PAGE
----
Minnesota photographer makes waves with abstract images of Lake Superior

Craig Blacklock has spent most of his life doing one thing: photographing Lake Superior.

When he was 5 he saved his money to buy a Brownie Hawkeye camera and followed his father, the pioneering wildlife photographer Les Blacklock, to the water.

Since then he has published 19 books, held 35 solo exhibitions and for decades produced pictorial calendars, many of which featured the world’s largest freshwater lake. Blacklock, who photographs primarily from his kayak, even spent 100 days circling the 31,700-square-mile lake in a kayak, photographing it from every rocky beach and bare cliff corner.

So you’d think maybe he’s just a little tired of the subject.


“I’m a kid in a candy store,” he said. “I’m 68 and I’m doing something completely new. In photography it is almost impossible to do something completely new. You can do better and you can do more, but everything is already done.”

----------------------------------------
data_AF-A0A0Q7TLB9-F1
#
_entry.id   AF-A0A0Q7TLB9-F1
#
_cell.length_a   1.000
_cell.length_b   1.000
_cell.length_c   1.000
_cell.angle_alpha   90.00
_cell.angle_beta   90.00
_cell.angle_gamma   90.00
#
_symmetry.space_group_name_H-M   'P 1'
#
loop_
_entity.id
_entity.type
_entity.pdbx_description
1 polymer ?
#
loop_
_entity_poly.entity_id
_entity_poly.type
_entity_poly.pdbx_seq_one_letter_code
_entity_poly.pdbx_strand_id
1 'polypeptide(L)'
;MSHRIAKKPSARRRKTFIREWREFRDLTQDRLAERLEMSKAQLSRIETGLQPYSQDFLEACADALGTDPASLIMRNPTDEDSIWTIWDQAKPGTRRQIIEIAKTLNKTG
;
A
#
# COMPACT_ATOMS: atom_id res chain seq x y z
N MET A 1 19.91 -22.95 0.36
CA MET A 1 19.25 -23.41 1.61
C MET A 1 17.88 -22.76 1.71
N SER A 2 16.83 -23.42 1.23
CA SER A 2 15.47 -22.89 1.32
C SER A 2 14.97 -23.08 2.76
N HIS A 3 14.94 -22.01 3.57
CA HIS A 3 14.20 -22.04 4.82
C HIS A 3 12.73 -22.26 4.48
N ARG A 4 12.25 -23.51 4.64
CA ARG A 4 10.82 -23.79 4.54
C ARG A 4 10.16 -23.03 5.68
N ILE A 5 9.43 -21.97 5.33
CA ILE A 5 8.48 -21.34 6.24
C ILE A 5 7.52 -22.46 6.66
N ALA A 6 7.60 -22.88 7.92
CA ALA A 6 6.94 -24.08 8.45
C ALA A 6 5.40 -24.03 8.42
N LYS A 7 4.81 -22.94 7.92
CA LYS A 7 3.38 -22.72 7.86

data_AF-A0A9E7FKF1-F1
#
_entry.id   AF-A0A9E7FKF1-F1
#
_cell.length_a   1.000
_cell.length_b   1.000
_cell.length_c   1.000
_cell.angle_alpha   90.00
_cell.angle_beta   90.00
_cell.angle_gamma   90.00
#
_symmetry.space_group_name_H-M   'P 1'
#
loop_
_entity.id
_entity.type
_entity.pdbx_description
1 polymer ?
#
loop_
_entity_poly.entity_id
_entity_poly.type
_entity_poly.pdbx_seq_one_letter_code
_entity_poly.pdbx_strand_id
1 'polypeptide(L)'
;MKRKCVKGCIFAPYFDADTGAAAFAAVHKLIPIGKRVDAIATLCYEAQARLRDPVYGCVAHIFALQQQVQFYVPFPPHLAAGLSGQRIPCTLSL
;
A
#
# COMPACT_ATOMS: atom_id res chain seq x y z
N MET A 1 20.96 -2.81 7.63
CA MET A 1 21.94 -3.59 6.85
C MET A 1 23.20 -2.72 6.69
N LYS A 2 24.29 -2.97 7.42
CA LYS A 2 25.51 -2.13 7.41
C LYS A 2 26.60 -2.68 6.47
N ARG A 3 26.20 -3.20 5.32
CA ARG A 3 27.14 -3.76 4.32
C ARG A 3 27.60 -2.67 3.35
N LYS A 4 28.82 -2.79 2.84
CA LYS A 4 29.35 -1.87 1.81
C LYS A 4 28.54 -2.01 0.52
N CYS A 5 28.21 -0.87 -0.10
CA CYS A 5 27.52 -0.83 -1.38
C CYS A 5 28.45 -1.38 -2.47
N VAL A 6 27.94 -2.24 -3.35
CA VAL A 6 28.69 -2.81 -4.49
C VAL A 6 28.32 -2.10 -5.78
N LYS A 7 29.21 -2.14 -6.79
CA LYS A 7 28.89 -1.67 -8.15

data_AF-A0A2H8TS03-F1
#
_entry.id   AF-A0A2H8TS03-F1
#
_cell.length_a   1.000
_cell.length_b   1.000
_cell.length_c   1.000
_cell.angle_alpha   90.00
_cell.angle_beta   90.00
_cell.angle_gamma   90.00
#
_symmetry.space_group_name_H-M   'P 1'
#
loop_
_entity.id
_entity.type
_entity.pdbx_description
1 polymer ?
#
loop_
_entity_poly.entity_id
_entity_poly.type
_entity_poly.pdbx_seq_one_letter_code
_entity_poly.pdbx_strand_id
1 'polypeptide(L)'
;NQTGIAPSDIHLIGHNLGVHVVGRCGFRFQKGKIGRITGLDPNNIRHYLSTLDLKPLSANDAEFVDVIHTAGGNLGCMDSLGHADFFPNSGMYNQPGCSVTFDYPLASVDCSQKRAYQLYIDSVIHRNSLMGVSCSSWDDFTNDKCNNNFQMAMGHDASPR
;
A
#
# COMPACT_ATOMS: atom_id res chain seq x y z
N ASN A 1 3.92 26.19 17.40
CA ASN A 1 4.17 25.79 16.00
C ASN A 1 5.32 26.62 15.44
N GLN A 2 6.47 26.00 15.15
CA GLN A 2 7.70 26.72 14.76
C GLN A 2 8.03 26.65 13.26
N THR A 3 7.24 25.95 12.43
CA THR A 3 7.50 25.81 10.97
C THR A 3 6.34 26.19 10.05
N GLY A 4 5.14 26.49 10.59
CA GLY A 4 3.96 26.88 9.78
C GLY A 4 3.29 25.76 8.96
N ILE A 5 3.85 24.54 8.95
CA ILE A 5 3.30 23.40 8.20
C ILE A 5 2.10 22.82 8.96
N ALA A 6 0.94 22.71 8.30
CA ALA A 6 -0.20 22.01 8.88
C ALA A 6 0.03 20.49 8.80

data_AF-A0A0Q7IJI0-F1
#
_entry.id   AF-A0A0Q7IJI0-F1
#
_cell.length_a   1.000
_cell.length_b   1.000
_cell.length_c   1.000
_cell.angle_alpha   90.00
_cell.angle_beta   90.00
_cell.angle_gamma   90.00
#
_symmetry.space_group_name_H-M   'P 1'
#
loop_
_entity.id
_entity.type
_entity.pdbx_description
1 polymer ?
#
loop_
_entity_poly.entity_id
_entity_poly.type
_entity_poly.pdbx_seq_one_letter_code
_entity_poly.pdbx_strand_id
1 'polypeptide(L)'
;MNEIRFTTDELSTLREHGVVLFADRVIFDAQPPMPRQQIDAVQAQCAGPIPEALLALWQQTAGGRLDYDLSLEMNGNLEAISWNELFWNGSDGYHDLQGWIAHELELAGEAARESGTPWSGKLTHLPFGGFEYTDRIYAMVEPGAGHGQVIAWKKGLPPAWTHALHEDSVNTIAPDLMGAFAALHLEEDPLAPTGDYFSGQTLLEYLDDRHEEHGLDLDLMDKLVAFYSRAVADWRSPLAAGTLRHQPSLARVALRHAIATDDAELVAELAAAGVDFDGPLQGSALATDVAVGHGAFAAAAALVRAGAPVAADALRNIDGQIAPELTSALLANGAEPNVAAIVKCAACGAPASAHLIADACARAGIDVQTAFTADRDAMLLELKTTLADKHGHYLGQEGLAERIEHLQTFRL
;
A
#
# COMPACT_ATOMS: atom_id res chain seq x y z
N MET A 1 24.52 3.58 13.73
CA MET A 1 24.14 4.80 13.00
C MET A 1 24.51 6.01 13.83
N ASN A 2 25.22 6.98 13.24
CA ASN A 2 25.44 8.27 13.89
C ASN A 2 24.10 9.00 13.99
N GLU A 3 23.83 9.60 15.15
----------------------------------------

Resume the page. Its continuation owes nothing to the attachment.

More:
Instead of the “hyperreal” photographs he’s known for, his new book, Light Waves, is filled with magnified images of reflections off the never-still water. The book celebrates light, color and movement, and focuses on natural wonders that largely go unseen.

“I create abstract paintings that are purely abstract but reflect reality,” Blacklock said from his home and gallery in Moose Lake.

We spoke to the lifelong Minnesotan about his enduring love for the lake, the ins and outs of growing up as a Blacklock, and how beautiful pictures can impact the environment. This interview has been edited for length and clarity.

Q: What fascinates you about Lake Superior?
A: I’ve known the lake all my life since I was a kid traveling with my parents. From 1976 I started photographing the lake. It’s impossible to ever really know, with all its changes – the waves, the fog, the mists. It’s so dynamic. Lake Superior is to me what Yosemite was to Ansel Adams.

Q: You mostly shoot from your kayak or from places that are accessible by kayak. Do you shoot all year?